How Much Control Do Investors Have Over Companies They Invest In?

  • Posted by on October 20th, 2014 at 8:55 am

When Romney ran for President, the people opposing him cherry picked companies that had some perceived problems and accentuated them.  In Illinois, Bruce Rauner is similar to Romney in that he ran a very successful private equity firm.  Private Equity firms find companies to invest in, and then reconfigure and resell them to make a return for the entities that invest in them.

I have read a couple of articles that last couple of days that were pretty interesting.  They tangentially relate to “businessperson turned politician”.  Also, from investing in 20 startup companies, I can speak from experience that investors have almost zero control over who the company hires and fires.  They also don’t have too much control over strategy.  It’s not as if investors are puppet masters that pull strings.

CEOs of companies are more like dictators and politicians.  They can pull strings.  Investors in companies, and voters for politicians are on the outside of the glass looking in.

The first article I read was an interview with Venture Capitalist Marc Andreessen.  It was awesome.   Here was his answer to the diversity question when it comes to hiring and companies.

Shall we? Let’s launch right into it. I think the critique that Silicon Valley companies are deliberately, systematically discriminatory is incorrect, and there are two reasons to believe that that’s the case. No. 1, these companies are like the United Nations internally. All the diversity studies say that the engineering population is like 70 percent white and Asian. Let’s dig into that for a second. First, apparently Asian doesn’t count as diverse. And then “white”: When you actually go in these companies, what you find is it’s American people, but it’s also Russians, and Eastern Europeans, and French, and German, and British. And then there are the Chinese, Japanese, Koreans, Thais, Indonesians, and Vietnamese. All these different countries, all these different cultures. To believe in a systematic pattern of discrimination, you’d have to believe that we’re discriminatory toward certain people without being discriminatory at all toward an extremely broad range of ethnicities and religions. Because of Pakistanis, we’re seeing a higher-than-ever proportion of Muslim employees in a lot of our companies.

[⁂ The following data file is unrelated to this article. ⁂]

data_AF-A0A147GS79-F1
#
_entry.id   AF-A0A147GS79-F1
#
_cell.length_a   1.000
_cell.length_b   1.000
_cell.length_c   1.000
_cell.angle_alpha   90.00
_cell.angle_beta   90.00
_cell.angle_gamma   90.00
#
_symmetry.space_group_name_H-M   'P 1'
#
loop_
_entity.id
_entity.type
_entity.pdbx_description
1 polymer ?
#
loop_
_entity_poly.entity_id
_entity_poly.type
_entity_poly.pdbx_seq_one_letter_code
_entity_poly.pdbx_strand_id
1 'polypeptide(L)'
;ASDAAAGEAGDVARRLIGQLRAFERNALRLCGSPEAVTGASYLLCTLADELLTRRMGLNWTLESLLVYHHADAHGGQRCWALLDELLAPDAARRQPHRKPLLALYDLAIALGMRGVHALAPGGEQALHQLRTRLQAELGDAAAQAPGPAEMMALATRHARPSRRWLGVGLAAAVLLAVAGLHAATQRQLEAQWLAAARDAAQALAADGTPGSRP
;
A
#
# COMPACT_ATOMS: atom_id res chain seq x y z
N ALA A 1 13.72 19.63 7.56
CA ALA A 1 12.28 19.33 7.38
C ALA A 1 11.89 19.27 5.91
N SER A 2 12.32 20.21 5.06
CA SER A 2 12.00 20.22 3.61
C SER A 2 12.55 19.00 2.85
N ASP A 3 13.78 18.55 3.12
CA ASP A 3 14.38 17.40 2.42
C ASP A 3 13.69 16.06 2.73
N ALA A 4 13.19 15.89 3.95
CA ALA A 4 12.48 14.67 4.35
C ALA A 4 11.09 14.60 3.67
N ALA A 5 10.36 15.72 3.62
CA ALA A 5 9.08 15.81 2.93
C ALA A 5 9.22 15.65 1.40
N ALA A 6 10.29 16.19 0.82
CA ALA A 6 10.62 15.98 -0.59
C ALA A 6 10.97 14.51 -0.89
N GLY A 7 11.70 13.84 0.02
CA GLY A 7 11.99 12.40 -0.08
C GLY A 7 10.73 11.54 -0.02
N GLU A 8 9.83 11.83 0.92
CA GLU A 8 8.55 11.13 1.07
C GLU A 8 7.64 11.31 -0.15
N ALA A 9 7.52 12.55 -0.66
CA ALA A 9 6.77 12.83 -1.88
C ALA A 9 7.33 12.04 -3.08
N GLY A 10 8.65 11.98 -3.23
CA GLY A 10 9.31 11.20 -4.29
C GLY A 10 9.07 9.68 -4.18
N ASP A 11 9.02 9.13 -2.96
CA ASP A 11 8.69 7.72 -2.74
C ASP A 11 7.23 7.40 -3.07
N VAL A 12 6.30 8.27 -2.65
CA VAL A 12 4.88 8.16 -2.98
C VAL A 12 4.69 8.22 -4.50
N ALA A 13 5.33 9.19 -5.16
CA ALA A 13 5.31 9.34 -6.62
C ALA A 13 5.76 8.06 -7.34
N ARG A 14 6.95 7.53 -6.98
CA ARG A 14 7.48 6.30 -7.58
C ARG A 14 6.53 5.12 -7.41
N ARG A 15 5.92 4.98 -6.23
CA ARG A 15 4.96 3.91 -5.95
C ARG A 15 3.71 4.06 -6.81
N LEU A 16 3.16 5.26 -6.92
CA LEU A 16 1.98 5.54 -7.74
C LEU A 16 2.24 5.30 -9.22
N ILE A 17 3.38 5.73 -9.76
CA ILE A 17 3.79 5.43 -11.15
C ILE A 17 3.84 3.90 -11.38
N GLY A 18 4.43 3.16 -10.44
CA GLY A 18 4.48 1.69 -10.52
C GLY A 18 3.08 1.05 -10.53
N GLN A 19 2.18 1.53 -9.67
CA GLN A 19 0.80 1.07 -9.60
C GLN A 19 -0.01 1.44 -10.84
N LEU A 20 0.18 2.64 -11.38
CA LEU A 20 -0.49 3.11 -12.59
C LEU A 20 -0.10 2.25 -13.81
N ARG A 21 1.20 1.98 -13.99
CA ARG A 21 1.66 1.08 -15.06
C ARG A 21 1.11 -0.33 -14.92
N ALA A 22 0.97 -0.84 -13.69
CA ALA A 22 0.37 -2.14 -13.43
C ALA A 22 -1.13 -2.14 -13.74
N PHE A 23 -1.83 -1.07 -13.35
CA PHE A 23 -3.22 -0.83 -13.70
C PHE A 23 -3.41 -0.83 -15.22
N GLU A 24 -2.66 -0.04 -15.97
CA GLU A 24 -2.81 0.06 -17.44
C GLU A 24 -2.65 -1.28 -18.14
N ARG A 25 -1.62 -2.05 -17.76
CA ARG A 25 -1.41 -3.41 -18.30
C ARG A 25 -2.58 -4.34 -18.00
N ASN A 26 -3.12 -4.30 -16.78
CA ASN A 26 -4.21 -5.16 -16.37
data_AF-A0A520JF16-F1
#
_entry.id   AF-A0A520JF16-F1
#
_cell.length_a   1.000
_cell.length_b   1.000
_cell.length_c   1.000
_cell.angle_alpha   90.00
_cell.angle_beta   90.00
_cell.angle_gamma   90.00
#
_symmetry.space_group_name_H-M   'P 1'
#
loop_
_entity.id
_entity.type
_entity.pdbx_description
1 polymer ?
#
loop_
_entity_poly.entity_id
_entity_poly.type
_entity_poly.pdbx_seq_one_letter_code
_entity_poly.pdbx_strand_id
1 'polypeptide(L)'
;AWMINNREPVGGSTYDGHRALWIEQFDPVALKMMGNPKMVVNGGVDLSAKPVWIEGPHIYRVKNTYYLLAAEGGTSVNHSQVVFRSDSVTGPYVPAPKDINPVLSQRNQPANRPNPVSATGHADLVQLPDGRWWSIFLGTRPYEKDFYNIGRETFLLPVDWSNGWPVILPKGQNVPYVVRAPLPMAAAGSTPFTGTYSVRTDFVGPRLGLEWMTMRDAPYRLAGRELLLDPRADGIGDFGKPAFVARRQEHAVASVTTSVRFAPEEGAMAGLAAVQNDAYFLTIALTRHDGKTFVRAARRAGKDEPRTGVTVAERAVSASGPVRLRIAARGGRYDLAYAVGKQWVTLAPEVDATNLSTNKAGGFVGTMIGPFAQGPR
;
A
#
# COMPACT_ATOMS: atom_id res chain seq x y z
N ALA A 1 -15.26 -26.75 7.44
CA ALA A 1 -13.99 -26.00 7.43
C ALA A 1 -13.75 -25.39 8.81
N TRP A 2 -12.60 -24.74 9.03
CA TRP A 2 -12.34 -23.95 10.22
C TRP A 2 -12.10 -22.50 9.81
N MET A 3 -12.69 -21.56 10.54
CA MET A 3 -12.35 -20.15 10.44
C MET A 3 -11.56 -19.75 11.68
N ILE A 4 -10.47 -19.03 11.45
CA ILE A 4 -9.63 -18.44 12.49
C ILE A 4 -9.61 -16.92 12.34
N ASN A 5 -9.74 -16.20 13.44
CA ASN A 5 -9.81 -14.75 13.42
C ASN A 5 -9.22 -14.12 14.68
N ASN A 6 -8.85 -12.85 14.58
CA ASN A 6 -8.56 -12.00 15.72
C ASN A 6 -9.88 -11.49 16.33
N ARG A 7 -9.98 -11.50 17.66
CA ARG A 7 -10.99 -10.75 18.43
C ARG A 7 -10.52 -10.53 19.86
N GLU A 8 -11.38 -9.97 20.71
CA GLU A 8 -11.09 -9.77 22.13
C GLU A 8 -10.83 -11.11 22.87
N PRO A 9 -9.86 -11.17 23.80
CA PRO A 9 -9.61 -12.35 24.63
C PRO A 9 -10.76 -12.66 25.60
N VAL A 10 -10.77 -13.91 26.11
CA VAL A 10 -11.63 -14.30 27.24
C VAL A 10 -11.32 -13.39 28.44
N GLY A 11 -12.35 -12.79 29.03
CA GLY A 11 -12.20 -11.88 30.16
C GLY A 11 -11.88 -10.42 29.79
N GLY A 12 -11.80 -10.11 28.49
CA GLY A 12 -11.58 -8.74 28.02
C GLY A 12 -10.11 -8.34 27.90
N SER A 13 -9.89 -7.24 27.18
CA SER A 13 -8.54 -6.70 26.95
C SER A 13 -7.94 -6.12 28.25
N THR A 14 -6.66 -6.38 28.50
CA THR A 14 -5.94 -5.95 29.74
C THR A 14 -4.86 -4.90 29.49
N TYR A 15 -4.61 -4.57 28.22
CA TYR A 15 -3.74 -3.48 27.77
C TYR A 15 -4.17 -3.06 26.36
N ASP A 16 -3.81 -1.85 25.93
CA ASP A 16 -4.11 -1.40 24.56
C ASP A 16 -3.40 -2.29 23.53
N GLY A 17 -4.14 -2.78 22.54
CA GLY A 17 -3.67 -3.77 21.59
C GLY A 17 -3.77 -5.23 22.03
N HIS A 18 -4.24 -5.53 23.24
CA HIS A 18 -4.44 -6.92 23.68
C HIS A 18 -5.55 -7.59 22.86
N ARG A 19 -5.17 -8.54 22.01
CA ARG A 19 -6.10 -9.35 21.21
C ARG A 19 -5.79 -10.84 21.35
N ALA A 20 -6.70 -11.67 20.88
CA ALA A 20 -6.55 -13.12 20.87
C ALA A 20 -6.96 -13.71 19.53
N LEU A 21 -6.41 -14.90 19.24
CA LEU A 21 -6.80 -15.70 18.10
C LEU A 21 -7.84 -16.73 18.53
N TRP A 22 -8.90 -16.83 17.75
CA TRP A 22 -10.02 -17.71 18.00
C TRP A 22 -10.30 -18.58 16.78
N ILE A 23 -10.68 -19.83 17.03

No. 2, our companies are desperate for talent. Desperate. Our companies are dying for talent. They’re like lying on the beach gasping because they can’t get enough talented people in for these jobs. The motivation to go find talent wherever it is is unbelievably high.


When it comes to hiring talented people, it is a meritocracy.  But, at the same time everyone cannot be networked everywhere.  For investors, getting a warm introduction from someone is better than a cold email.  If you want a job at a PE/VC firm you will need to get an introduction someway.  By the way, if you want to become a PE/VC principle the current best path is win the lotto, or work and perform well for a company that they back.

Then I read Laura Washington’s column in the Sun-Times this morning.  There is a huge battle for the black vote in this years governor’s election.  The Democratic party has made promise after promise and never followed through.  Ironically, their policies hurt the constituencies that they want to help.  Higher minimum wages create more unemployment not only among teens and single moms-but higher up the wage ladder as well.  As soon as minimum wage goes up, union wages go up.  There is less incentive to hire anyone.   Illinois almost has the highest unemployment among all 50 states, and is the worst economic performing state in the Midwest.